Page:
News / 21 January 2019
Today an alliance of more than 150 organisations, trade unions and social movements in countries across Europe is launching a joint programme against unfair trade and investment agreements, and especially against the controversial Investor-to-State-Dispute-Settlement (ISDS) mechanism. Under ISDS, investors can bring complaints against states whose social and environmental legislation pose a threat to their profits.
Publication / 31 December 2020
Event / 7 December 2021, 14:00 - 15:15
The European Union's (EU) foreign trade policy has many implications for the sustainability of food systems in developing countries, heavily impacting farmers, breeders, and citizens. The unhidden promotion by the EU of strong intellectual property rights on plants affects food systems from its very basis, i.e., the seeds that are available for farmers to grow. Amongst these intellectual property rights, the main instrument that is advocated by European authorities is the 1991 Act of the UPOV Convention, which provides exclusive rights to breeders over the propagating material of new plant varieties, while diminishing the rights of others to use the material for further breeding and hampering with the rights of farmers to freely save, use, exchange and sell their seeds.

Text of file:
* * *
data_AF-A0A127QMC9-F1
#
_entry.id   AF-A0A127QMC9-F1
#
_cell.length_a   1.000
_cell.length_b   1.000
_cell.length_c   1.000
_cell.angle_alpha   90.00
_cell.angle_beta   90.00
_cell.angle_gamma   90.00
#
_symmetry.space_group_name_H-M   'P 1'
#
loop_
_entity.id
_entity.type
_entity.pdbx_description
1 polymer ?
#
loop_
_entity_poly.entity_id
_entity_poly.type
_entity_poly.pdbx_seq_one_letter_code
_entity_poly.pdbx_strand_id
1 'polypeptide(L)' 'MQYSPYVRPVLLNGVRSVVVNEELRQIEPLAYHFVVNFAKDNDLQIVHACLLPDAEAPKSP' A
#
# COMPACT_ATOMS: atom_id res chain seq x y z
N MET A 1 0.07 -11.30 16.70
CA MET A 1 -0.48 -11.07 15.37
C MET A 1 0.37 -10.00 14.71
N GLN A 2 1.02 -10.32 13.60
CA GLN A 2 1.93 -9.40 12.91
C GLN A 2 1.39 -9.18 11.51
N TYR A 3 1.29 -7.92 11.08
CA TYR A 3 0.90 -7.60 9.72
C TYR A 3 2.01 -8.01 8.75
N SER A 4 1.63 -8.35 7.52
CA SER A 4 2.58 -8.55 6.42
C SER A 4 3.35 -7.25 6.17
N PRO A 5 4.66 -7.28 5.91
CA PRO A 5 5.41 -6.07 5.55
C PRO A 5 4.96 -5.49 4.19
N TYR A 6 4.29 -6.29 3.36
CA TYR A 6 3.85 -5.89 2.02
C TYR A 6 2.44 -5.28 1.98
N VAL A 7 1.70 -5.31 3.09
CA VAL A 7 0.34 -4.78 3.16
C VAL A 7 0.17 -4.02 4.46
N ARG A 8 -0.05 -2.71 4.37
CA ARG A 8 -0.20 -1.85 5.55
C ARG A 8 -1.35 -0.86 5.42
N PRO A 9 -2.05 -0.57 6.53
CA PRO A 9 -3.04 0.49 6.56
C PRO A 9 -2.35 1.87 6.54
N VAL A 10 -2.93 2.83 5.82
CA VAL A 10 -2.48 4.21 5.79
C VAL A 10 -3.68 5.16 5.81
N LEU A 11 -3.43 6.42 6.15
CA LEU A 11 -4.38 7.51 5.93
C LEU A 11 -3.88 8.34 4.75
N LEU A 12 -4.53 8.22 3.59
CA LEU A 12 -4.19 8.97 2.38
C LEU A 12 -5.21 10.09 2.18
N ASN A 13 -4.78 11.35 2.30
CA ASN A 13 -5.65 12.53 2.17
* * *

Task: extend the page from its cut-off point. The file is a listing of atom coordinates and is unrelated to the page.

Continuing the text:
News / 14 September 2017
Remember the widespread protests against trade agreements TTIP and CETA? One of the main worries was the Investor-State Dispute Settlement (ISDS) mechanism these treaties contain. Now the European Commission has proposed to set up a Multilateral Investment Court. Is that good news?
Blog / 14 April 2020
The World Trade Organization (WTO) is often seen as an institution in crisis, powerless and no longer relevant, and especially after US president Donald Trump decided in 2019 to pull the plug on one of the WTO’s most important bodies (the one dealing with trade disputes). Now, more than 150 civil society organisations, networks and interest groups from around the world have signed an urgent letter to WTO Director General Roberto Azevedo, because they are seriously concerned about the state of affairs within the organization.